Tripp's We Are Happy Here | Record Review | Indy Week
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Tripp is a purer brand of pop than the indie realm tends to traverse. Alex Wilkins has no interest in hiding behind sonic overload or trickery, putting the vocals up-front and pointedly singing with clarity. (self-released)

Tripp's We Are Happy Here 

Of the many acts in the orbit of Chapel Hill producer Jeff Crawford's Arbor Ridge recording studio, Alex Wilkins' pop outfit Tripp hasn't been among the most visible. Their gigs around the Triangle lately have been few and far between—Wilkins' collaborators are often busy with other projects, and perhaps his own work as a schoolteacher takes up much of his non-summer time. Records have been rare, too; We Are Happy Here is Tripp's first release since 2008's Good Boy Charm.

The band earns attention, though, for the insistent effervescence of Wilkins' songwriting. His is a purer brand of pop than the indie realm tends to traverse. In the 1980s, it might have been considered down-the-middle commercial, but in 2012 it stands off-center for its professionalism. Wilkins has no interest in hiding behind sonic overload or trickery, putting the vocals up-front and pointedly singing with clarity. His bandmates—keyboardist Charles Cleaver, drummer Paul Fisher and bassist Alex Van Gils—flesh out his mostly romantic paeans with engaging melodicism and upbeat tempos, crafting radio-friendly fare for a post-radio age.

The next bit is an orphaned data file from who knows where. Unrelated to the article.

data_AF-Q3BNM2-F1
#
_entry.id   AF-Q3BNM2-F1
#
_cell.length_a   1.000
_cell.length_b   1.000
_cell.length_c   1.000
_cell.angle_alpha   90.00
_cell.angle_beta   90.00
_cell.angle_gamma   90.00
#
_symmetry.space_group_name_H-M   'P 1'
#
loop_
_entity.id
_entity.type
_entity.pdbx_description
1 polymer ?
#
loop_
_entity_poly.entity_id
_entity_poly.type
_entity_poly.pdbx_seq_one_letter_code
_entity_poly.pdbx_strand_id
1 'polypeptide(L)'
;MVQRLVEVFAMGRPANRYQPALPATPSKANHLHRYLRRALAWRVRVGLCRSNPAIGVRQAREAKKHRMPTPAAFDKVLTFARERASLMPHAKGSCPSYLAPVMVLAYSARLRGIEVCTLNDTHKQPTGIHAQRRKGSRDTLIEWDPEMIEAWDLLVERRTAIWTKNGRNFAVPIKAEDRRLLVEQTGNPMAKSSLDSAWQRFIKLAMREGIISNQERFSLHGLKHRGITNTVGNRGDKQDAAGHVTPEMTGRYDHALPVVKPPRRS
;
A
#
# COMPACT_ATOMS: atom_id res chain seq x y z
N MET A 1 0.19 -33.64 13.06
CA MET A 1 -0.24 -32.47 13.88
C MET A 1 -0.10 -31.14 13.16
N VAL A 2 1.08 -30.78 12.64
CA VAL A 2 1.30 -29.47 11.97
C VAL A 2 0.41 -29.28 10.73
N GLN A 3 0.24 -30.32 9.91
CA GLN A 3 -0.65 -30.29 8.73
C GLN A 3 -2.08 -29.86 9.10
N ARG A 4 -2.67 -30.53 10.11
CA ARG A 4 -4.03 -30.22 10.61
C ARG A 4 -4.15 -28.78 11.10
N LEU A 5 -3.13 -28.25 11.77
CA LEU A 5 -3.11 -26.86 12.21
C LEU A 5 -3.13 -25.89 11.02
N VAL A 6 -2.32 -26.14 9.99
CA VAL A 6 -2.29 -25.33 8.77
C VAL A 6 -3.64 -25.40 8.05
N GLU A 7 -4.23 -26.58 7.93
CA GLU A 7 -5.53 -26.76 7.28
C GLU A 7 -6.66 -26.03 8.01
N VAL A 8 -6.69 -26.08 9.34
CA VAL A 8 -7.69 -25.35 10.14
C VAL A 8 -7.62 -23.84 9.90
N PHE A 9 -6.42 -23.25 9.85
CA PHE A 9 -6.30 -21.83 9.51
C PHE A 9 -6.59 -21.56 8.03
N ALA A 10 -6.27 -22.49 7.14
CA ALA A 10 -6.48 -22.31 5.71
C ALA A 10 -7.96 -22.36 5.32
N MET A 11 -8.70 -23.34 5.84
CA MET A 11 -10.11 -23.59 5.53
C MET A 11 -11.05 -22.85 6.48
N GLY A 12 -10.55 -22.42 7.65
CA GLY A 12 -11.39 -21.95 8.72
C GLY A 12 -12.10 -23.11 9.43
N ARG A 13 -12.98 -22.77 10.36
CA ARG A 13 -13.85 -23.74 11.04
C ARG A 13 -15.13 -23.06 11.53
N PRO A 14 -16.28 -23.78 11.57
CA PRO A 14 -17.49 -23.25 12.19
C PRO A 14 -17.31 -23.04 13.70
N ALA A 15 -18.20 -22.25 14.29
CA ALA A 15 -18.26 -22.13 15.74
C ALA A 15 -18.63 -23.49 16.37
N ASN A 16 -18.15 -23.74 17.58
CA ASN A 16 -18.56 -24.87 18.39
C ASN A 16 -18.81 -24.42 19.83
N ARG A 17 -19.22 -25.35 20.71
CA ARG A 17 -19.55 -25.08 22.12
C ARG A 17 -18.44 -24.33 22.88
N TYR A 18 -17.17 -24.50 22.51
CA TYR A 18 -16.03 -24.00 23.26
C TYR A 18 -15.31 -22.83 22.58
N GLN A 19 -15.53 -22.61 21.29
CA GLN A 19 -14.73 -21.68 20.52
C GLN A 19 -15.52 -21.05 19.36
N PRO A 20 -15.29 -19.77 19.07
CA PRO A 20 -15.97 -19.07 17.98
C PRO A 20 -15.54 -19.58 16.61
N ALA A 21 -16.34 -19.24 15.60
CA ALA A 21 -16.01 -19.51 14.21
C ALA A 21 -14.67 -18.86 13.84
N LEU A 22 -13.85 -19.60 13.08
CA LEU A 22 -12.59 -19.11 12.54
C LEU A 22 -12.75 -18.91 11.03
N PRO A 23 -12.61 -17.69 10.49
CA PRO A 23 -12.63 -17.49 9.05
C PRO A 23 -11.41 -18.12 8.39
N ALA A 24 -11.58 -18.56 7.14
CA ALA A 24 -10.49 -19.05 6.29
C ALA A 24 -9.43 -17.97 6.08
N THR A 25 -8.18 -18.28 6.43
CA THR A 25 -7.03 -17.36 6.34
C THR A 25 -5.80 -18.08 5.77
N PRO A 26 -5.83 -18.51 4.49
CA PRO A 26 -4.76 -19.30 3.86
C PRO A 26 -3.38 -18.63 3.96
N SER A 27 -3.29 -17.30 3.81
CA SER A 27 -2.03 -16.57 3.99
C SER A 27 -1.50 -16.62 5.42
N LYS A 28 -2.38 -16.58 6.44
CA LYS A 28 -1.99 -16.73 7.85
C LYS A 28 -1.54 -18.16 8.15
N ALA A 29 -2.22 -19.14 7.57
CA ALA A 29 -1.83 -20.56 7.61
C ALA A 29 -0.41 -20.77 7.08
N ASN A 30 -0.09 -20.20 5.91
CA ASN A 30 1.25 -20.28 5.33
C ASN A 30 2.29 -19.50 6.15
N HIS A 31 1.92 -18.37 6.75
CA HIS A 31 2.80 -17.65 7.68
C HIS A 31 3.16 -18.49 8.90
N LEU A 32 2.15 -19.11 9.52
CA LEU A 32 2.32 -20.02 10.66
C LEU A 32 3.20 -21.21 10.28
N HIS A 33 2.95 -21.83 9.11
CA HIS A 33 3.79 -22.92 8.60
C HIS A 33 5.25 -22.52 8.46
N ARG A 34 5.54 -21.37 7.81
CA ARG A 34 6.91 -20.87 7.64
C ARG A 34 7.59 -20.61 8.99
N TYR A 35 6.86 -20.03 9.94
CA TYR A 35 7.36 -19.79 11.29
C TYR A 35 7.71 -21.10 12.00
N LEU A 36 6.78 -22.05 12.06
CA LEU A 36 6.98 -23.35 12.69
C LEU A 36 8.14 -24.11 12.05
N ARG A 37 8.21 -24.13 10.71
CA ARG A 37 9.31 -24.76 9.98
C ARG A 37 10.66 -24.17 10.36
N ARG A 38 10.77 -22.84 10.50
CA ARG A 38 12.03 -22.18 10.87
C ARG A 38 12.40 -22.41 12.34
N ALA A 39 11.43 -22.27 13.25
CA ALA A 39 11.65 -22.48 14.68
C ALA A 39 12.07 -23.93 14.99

"Now or Never" kicks off the record with an immediate pop punch and a vivid opening line: "It took all night to write our names on the overpass/ Hanging on for dear life every time the cops drove past." "Ragdoll" packs a harder wallop still, with crunchy guitars and Cleaver's colorful piano runs propelling Wilkins' rhythmic words. "Annie" is quieter but gorgeous, a minor-key ballad that balances the album's overall sunny disposition with a grounding touch of gravitas.

The album's beauty doesn't quite keep for all 11 songs: "Calling to Let You Know" feels a bit too reliant on Beatlesque riffage, while "Reputation" forces a funky groove. But the highs outnumber the lows—and although we probably didn't need another song titled "Crazy" (hello Willie, Seal and Gnarls), there's a confident grace in the tune's chorus and heartfelt emotion in Wilkins' voice when he reaches high to advise, "Scream it out, get it off your chest."

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